Destination weddings, Italian style

Wedding in Catania, "Carrozza in Piazza Duomo" by Giovanni dall'Orto (photo from Wikimedia Commons)

Wedding in Catania, “Carrozza in Piazza Duomo” by Giovanni dall’Orto (photo from Wikimedia Commons)

Does the Villa Caesar Augustus on Capri sound like your ideal wedding venue? Maybe you are more inclined to exchange vows on the Lovers’ Walk  along the Amalfi Coast. Or take a few of your friends on an antique sailboat and tie the knot on the water. Destination weddings in Italy come in all shapes and sizes.

Commercial wedding organizers are prepared to help you plan a wedding just about anywhere in the Italian South. (No doubt the north, too, but that is somebody else’s blog!) Here are some examples:

A 1950s Italian wedding.

A 1950s Italian wedding.

Sicily: A seventeenth century baroque castle near Taormina offers garden weddings for up to 250 guests, with on-site catering and hotel rooms for about 50 people. Enjoy music and dancing ’til dawn.

Calabria: A medieval chapel attached to a nineteenth century luxury residence near Cosenza, with religious ceremonies available in the chapel or civil ceremonies in other parts of the venue.

Basilicata: A masseria, or large farmhouse, in the hills, has been converted to a beautiful wedding venue with lots of privacy, and a more informal environment.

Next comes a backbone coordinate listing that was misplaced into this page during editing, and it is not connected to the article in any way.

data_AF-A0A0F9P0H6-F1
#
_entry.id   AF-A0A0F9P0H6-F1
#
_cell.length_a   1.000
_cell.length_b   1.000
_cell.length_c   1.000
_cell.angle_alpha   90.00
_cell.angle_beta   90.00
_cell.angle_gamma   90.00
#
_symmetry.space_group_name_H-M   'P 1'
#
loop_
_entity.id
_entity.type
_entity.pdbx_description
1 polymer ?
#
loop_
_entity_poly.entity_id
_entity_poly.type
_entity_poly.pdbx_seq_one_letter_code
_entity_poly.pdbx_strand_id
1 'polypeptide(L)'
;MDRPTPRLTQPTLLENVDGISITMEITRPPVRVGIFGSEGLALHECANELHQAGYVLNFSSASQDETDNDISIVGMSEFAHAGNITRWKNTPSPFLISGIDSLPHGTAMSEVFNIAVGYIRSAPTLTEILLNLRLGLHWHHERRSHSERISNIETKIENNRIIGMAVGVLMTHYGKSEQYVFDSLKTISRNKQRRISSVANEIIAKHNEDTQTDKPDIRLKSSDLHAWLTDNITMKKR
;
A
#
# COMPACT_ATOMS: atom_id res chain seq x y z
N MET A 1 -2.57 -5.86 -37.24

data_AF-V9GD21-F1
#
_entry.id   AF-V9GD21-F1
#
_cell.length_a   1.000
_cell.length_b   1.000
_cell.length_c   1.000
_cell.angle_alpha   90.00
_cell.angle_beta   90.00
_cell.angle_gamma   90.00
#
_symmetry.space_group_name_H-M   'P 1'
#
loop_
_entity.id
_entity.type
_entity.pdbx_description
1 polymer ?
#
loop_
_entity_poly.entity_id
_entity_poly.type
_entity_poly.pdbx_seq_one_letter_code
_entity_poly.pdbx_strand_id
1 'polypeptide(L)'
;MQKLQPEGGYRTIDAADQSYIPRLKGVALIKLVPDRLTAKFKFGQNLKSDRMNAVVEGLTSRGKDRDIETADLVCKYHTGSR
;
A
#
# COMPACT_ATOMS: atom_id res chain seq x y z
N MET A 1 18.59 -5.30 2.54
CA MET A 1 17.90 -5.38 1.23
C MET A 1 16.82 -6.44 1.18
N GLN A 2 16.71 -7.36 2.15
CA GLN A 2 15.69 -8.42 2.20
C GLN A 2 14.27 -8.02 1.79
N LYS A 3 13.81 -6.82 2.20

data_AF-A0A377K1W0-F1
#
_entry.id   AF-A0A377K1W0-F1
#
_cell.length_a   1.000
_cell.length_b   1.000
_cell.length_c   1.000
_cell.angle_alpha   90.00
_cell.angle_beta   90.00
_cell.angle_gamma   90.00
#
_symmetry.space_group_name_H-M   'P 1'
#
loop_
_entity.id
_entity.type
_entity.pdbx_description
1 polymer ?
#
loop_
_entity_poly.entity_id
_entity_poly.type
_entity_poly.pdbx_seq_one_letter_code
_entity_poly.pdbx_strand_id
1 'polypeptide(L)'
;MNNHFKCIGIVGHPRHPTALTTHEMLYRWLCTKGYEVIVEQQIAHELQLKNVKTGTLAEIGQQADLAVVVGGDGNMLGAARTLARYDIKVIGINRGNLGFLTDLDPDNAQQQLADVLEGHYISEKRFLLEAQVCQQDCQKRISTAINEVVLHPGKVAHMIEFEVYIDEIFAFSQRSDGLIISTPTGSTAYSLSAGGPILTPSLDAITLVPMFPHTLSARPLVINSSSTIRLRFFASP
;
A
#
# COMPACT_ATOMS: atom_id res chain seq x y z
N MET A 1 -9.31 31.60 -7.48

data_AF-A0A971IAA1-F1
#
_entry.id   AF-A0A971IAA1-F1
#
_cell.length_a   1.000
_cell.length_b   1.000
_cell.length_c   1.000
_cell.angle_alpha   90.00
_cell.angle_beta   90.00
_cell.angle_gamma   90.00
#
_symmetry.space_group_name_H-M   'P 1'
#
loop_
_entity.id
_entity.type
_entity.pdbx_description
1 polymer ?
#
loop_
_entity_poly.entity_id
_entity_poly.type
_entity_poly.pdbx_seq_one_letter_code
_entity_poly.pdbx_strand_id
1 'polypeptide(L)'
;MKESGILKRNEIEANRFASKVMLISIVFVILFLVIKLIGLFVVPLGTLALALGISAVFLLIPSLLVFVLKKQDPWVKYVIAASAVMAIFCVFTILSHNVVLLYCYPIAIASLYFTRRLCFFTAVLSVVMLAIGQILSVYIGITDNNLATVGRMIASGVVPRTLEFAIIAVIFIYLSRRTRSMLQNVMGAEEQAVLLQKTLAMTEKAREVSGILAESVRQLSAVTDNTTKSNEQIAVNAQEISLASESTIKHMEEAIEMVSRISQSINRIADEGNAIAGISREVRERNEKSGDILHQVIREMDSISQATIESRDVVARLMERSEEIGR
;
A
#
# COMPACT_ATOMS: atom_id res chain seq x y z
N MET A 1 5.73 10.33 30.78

Apulia: Need space for 800 of your closest friends? Get married on the beach at Monopoli. The club has a private beach and restaurant–with parking for 500 cars.

Campania: Romantic to the core, Sorrento offers numerous wedding venues, and the possibility of a religious wedding inside the medieval cloisters in the historic center of town. Stunning views of the Gulf of Naples and Vesuvius.

A wedding in Amalfi. © Jorge Royan / http://www.royan.com.ar / CC-BY-SA-3.0

A wedding in Amalfi. © Jorge Royan / http://www.royan.com.ar / CC-BY-SA-3.0

Abruzzo: In a castle near Chieti, you can host your reception dinner in the cantina, the castle’s winemaking cellar, surrounded by enormous wooden casks. The castle sits among grapevines on a hillside above the Adriatic Sea.

One Italian wedding website, Slow Dreams, has an especially helpful page on legal factors involved with marrying in Italy. A Google search for ‘wedding venues in Italy’ turned up nearly three million hits–you won’t have any trouble finding a wedding planner to help you. If you have accomplished the first step–finding your lifelong partner–see what Italy has to offer for your perfect wedding.

Timpano–the big drum of baked pasta!

If you saw the movie The Big Night which I reviewed last week, then you’ve seen timpano, an Italian dish I had never heard of before watching the film. I tried to buy the cookbook written by actor Stanley Tucci’s mother but it is out of print, so I’ll be scouring for a used copy. In the meantime, I find that the internet is full of recipes for timpano, and I’m going to share some links with you to find them.

I have never made this dish. I now live in a household of two, and making a six-quart baked pasta is a little intimidating, not to mention the complexity of the dish. Have you made it? Is a smaller version possible? I have to admit, we do have a pretty big gathering for Christmas and I think this may be our next Christmas or Christmas eve dinner!

Here are some links to recipes:

There is one in Los Angeles Magazine online.